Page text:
|As the recent discussions over the biennial state budget continued, Indiana’s economic situation seemed to keep becoming bleaker. Each revenue estimate was more pessimistic than the last.
For Indiana University to emerge from this budget process with a small increase in operating funds, partial funding for our new School of Informatics and authorization for some important capital projects is quite good news, given the state’s fiscal condition.
The final budget package fell far short of what we had originally hoped. But we appreciate the efforts of higher education advocates such as Rep. Patrick Bauer, Sen. Vi Simpson and others in the General Assembly, and the leadership provided by Gov. Frank O’Bannon in preventing higher education from losing too much ground.
Plenty of challenges lie ahead. First, we must decide on a budget and tuition plan that will allow us to maintain our quality, and to retain and attract top faculty.
Other challenges are more long-range and extend far beyond the boundaries of our campuses.
Indiana University—indeed every public university in our state—has a vital role to play in helping strengthen and diversify our state’s economy. A more highly educated citizenry working in knowledge-based, high-tech businesses will broaden Indiana’s economic base and help smooth out the ups and downs of the business cycle.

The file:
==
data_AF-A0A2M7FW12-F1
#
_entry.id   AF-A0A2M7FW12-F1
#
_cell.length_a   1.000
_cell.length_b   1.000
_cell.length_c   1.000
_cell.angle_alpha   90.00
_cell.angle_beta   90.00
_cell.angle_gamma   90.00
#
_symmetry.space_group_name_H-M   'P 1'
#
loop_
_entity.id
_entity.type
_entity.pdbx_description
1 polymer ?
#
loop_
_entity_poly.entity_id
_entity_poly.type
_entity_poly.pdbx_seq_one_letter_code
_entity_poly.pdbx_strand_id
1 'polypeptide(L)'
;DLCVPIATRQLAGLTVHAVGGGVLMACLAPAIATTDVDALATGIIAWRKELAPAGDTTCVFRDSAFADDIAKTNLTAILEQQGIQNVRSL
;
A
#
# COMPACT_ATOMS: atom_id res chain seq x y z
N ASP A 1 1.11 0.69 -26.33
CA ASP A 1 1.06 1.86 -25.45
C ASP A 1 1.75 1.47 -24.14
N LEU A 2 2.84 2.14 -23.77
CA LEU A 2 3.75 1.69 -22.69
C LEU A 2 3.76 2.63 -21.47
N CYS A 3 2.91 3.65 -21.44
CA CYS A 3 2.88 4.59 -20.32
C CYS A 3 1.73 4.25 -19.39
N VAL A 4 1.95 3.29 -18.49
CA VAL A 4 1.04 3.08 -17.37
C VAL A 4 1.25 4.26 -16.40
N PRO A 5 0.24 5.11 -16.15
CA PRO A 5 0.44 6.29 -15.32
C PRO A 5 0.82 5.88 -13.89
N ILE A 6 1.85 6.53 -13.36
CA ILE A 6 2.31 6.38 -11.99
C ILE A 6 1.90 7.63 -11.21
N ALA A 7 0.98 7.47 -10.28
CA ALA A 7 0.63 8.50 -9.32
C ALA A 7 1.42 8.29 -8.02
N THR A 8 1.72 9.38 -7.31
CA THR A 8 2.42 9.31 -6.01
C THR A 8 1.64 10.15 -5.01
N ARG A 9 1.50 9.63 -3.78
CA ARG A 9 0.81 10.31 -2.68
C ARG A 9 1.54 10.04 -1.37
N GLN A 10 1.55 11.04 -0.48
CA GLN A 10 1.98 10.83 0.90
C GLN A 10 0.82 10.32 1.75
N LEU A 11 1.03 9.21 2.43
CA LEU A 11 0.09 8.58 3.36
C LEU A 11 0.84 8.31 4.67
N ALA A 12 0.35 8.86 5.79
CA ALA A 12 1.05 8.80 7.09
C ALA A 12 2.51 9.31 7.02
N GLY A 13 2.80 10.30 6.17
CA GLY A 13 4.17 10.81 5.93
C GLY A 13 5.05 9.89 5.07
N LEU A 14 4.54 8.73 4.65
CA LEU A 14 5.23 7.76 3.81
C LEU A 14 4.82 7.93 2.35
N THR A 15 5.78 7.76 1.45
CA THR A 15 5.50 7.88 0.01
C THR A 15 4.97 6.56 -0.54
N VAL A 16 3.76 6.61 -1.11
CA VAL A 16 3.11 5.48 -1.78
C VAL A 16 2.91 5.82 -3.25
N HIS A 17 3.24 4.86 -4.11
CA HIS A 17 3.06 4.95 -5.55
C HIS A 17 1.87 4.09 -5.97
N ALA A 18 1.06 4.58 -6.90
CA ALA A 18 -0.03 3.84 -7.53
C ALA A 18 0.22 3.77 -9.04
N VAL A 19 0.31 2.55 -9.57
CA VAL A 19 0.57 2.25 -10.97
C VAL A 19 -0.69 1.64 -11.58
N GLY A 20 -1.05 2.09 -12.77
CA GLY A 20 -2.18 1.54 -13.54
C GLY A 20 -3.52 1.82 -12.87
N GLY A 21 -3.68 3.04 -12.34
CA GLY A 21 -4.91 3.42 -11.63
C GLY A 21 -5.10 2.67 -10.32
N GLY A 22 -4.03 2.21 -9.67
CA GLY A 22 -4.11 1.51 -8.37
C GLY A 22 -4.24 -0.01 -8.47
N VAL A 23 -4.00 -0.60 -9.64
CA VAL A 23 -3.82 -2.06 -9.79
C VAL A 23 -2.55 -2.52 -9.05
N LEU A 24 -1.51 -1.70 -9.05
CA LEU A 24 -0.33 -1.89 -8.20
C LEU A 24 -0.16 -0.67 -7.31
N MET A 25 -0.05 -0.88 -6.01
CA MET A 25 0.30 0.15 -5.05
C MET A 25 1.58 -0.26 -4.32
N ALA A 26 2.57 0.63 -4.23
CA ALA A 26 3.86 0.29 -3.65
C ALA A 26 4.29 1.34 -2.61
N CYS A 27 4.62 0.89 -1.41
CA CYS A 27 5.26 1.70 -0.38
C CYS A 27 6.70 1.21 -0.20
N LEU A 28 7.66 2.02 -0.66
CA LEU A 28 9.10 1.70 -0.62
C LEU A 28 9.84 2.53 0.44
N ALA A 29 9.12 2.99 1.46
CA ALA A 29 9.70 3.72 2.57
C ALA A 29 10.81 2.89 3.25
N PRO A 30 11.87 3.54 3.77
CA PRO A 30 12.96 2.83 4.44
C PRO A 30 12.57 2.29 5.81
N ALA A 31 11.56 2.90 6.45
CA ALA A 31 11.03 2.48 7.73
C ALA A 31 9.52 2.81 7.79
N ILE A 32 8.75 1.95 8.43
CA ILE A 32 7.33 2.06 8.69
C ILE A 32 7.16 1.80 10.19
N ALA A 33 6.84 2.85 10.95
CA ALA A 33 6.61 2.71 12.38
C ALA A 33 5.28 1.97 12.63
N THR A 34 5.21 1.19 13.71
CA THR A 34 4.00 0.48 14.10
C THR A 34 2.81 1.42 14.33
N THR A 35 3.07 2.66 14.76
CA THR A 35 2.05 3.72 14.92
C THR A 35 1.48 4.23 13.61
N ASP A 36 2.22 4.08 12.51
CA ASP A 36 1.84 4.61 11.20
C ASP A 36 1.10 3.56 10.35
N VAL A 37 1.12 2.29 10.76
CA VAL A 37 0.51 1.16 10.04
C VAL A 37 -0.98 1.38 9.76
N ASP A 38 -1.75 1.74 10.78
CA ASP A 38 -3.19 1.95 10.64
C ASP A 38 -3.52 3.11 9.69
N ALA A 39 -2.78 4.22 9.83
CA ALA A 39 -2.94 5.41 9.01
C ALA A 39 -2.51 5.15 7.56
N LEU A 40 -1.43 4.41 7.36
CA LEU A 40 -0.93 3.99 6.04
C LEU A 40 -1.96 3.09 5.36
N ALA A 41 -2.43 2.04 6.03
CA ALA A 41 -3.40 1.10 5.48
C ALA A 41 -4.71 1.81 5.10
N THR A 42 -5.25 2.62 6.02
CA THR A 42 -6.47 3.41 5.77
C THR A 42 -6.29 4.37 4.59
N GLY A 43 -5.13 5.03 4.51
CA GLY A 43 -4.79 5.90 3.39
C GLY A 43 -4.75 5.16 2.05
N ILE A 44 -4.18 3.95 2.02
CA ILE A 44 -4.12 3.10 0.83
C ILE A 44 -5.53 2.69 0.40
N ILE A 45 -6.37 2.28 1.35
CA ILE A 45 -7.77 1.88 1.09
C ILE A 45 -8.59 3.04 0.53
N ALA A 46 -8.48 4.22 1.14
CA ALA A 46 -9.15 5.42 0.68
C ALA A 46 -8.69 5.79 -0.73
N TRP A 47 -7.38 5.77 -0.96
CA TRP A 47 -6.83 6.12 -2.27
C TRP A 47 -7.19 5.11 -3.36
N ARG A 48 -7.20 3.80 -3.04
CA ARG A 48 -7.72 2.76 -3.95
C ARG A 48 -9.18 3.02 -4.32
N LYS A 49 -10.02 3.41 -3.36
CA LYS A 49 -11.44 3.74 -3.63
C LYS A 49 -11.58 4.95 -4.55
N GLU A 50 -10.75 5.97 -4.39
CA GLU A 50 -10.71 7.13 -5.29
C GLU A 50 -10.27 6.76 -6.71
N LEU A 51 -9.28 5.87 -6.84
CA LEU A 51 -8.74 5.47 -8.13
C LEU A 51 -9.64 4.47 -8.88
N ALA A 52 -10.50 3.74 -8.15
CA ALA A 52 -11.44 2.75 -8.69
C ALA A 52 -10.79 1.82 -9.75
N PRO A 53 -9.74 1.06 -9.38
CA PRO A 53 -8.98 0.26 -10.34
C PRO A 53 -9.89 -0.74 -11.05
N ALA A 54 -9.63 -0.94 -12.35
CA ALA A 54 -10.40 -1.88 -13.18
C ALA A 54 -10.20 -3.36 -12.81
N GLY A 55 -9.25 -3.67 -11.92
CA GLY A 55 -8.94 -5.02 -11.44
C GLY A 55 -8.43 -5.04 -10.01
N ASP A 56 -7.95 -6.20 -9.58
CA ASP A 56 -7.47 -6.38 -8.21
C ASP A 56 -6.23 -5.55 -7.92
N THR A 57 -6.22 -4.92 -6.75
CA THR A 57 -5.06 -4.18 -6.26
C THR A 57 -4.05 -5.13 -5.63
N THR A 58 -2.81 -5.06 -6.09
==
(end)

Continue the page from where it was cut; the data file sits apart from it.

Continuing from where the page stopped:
Public education depends on state funding. And this year’s budget shows how tenuous that funding can be. While economic growth has slowed in our state and nation, Indiana’s unemployment rate is still around 3.5 percent, low by historical measures. But even with relatively strong employment, the General Assembly struggled to come up with adequate tax revenues to support basic public services, not to mention make new investments.
That speaks to a larger problem with the state’s tax system. During a legislative session that included reapportionment and budget issues, lawmakers were reluctant to take a larger look at tax restructuring. That issue will gain even more immediacy when the issue of residential property tax reassessment comes before the legislature.
Designing a fair, efficient tax system to provide adequate support for basic state services will require both hard work and compromise. But unless that issue is resolved, drafting a budget for the next biennium will likely be even more difficult. And higher education and the state’s economic future will again be put at risk.
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